Saturday, 20 March 2010
Volunteers including myself and Jayne Forbes, one of my fellow Green Party candidates for Stroud Green, cleaned up Granville Road Spinney today. Bags of litter were cleared from the wooded area, meaning the green space will look its best this Spring.
Granville Road Spinney is a small wood which is an oasis of calm for local residents. There’s a wonderful mix of trees including plum, cherry, hornbeam, hazel and willow. There’s also a range of other woodland flowers, including daffodils, crocuses, ramsons and three-cornered leek. There are also several edible plants including wild garlic.
The area also provides a welcome habitat for wildlife – volunteers uncovered a toad, to the delight of my three year old daughter, Clementine, who also mucked in (sort of!).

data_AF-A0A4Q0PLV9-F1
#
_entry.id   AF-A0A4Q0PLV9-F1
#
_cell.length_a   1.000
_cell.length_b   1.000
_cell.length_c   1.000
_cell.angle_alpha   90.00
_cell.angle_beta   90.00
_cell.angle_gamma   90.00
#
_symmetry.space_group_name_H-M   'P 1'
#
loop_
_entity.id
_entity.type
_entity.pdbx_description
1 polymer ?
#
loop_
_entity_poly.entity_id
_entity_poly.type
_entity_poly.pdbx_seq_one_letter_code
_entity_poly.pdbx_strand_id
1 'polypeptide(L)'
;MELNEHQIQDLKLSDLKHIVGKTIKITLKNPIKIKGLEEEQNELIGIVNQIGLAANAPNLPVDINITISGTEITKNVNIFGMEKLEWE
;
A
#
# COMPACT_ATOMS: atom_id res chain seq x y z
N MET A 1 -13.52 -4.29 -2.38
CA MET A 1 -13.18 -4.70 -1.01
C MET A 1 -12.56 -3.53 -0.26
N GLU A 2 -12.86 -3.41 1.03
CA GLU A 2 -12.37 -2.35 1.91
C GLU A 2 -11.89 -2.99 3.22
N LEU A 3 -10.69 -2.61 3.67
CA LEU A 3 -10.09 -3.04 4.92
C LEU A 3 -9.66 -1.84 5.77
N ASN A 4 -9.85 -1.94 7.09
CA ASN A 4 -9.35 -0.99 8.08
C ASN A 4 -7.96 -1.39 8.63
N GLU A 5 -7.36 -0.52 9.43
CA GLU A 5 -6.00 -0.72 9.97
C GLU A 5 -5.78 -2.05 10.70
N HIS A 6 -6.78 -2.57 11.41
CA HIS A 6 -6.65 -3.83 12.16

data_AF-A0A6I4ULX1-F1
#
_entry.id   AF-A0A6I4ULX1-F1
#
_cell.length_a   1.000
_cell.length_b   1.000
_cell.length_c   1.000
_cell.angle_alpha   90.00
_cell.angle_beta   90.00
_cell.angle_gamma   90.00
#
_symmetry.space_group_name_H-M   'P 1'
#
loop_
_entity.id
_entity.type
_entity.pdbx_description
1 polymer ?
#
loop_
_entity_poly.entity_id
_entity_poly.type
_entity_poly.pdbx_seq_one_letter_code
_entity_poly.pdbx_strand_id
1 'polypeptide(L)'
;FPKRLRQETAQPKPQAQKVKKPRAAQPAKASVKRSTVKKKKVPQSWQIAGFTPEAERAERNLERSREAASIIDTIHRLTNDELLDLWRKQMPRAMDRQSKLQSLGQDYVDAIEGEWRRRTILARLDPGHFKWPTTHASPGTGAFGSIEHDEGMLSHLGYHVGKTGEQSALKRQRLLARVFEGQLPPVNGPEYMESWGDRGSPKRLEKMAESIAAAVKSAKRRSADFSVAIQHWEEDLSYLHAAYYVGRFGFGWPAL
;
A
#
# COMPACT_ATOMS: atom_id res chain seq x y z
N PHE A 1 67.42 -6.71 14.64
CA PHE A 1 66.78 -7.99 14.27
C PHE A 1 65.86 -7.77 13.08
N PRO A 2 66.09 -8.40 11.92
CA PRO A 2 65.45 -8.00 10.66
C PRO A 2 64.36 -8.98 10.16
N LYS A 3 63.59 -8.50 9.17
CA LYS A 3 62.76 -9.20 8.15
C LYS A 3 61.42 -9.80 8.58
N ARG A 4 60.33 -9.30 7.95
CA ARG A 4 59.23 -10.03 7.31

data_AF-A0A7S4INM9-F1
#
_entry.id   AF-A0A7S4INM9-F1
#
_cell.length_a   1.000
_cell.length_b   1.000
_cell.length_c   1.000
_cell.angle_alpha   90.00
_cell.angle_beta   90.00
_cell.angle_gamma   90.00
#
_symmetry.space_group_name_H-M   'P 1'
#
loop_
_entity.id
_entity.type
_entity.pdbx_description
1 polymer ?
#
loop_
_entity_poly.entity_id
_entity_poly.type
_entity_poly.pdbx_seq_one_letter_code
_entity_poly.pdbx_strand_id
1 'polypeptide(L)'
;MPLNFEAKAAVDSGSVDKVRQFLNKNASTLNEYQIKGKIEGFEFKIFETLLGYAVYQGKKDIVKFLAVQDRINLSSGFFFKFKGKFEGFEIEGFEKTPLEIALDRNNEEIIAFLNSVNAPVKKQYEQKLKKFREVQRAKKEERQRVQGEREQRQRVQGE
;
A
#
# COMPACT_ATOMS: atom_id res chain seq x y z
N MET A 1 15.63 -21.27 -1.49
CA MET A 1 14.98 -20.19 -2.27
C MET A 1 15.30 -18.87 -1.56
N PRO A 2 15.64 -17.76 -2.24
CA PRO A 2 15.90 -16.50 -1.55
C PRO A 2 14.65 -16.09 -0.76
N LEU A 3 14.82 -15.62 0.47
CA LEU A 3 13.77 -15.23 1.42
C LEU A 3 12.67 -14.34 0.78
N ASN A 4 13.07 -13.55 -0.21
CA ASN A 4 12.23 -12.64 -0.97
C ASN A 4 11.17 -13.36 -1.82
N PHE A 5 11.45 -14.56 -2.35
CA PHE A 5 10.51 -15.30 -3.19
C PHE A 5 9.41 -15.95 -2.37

I often take some time out in Granville Road Spinney – it’s truly a local treasure. It was a pleasure to help make it an even better place to spend time.
Daffodils and crocuses are pushing their way through the soil, a sure sign that Spring is in the offing - at long last!
Wednesday, 10 March 2010
Sewage splattered across the path to the front door due to a broken fall pipe. Houses split into 10 or 12 rooms, looking decidedly delapidated. Huge bundles of wires strung along outside walls, clearly a health and safety nightmare.
These are just some of the badly managed properties that I have come across in the private sector whilst door-knocking in Stroud Green. One resident told me it was "like living in a slum" and that it had been that way for years.